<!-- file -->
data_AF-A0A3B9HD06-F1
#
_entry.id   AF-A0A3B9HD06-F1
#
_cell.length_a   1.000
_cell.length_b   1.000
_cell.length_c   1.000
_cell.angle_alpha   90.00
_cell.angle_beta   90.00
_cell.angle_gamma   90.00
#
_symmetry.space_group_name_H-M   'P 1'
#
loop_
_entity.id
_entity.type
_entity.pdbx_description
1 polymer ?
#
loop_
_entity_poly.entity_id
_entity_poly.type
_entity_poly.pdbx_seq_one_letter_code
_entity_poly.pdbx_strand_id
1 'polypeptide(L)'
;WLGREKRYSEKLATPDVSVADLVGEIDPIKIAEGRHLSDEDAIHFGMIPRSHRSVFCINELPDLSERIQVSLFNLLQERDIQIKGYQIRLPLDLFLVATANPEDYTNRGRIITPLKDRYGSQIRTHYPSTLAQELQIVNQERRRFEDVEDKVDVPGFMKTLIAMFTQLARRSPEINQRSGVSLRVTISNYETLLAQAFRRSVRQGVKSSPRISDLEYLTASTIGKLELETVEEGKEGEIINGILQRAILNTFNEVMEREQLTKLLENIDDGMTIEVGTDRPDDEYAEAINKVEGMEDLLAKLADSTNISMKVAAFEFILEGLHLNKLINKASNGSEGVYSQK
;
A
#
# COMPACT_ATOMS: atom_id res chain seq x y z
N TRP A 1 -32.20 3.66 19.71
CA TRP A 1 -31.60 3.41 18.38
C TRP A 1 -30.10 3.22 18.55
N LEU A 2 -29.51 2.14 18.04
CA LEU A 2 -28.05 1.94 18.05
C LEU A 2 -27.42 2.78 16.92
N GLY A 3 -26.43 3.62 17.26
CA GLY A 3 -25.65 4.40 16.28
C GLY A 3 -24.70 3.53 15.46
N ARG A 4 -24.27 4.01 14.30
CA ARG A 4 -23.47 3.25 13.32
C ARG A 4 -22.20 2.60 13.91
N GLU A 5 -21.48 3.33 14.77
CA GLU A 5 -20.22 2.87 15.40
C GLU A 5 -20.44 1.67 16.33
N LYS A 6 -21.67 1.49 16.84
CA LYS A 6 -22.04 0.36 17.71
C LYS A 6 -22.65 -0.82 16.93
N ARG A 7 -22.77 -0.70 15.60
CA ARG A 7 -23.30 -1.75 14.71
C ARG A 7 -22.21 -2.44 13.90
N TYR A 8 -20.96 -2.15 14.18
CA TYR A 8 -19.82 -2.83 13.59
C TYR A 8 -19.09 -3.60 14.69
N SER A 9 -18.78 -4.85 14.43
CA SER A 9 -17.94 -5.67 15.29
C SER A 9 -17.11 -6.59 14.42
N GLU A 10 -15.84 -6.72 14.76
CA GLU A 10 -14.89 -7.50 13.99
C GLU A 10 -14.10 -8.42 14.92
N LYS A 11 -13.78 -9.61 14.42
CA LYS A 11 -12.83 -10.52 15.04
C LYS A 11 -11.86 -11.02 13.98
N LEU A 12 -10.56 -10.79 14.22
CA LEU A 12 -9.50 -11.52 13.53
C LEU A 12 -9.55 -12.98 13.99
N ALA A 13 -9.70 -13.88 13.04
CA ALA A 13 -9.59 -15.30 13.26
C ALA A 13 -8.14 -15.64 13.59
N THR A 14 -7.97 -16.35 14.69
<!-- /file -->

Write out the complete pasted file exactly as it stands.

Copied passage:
data_AF-A0A3B9HD06-F1
#
_entry.id   AF-A0A3B9HD06-F1
#
_cell.length_a   1.000
_cell.length_b   1.000
_cell.length_c   1.000
_cell.angle_alpha   90.00
_cell.angle_beta   90.00
_cell.angle_gamma   90.00
#
_symmetry.space_group_name_H-M   'P 1'
#
loop_
_entity.id
_entity.type
_entity.pdbx_description
1 polymer ?
#
loop_
_entity_poly.entity_id
_entity_poly.type
_entity_poly.pdbx_seq_one_letter_code
_entity_poly.pdbx_strand_id
1 'polypeptide(L)'
;WLGREKRYSEKLATPDVSVADLVGEIDPIKIAEGRHLSDEDAIHFGMIPRSHRSVFCINELPDLSERIQVSLFNLLQERDIQIKGYQIRLPLDLFLVATANPEDYTNRGRIITPLKDRYGSQIRTHYPSTLAQELQIVNQERRRFEDVEDKVDVPGFMKTLIAMFTQLARRSPEINQRSGVSLRVTISNYETLLAQAFRRSVRQGVKSSPRISDLEYLTASTIGKLELETVEEGKEGEIINGILQRAILNTFNEVMEREQLTKLLENIDDGMTIEVGTDRPDDEYAEAINKVEGMEDLLAKLADSTNISMKVAAFEFILEGLHLNKLINKASNGSEGVYSQK
;
A
#
# COMPACT_ATOMS: atom_id res chain seq x y z
N TRP A 1 -32.20 3.66 19.71
CA TRP A 1 -31.60 3.41 18.38
C TRP A 1 -30.10 3.22 18.55
N LEU A 2 -29.51 2.14 18.04
CA LEU A 2 -28.05 1.94 18.05
C LEU A 2 -27.42 2.78 16.92
N GLY A 3 -26.43 3.62 17.26
CA GLY A 3 -25.65 4.40 16.28
C GLY A 3 -24.70 3.53 15.46
N ARG A 4 -24.27 4.01 14.30
CA ARG A 4 -23.47 3.25 13.32
C ARG A 4 -22.20 2.60 13.91
N GLU A 5 -21.48 3.33 14.77
CA GLU A 5 -20.22 2.87 15.40
C GLU A 5 -20.44 1.67 16.33
N LYS A 6 -21.67 1.49 16.84
CA LYS A 6 -22.04 0.36 17.71
C LYS A 6 -22.65 -0.82 16.93
N ARG A 7 -22.77 -0.70 15.60
CA ARG A 7 -23.30 -1.75 14.71
C ARG A 7 -22.21 -2.44 13.90
N TYR A 8 -20.96 -2.15 14.18
CA TYR A 8 -19.82 -2.83 13.59
C TYR A 8 -19.09 -3.60 14.69
N SER A 9 -18.78 -4.85 14.43
CA SER A 9 -17.94 -5.67 15.29
C SER A 9 -17.11 -6.59 14.42
N GLU A 10 -15.84 -6.72 14.76
CA GLU A 10 -14.89 -7.50 13.99
C GLU A 10 -14.10 -8.42 14.92
N LYS A 11 -13.78 -9.61 14.42
CA LYS A 11 -12.83 -10.52 15.04
C LYS A 11 -11.86 -11.02 13.98
N LEU A 12 -10.56 -10.79 14.22
CA LEU A 12 -9.50 -11.52 13.53
C LEU A 12 -9.55 -12.98 13.99
N ALA A 13 -9.70 -13.88 13.04
CA ALA A 13 -9.59 -15.30 13.26
C ALA A 13 -8.14 -15.64 13.59
N THR A 14 -7.97 -16.35 14.69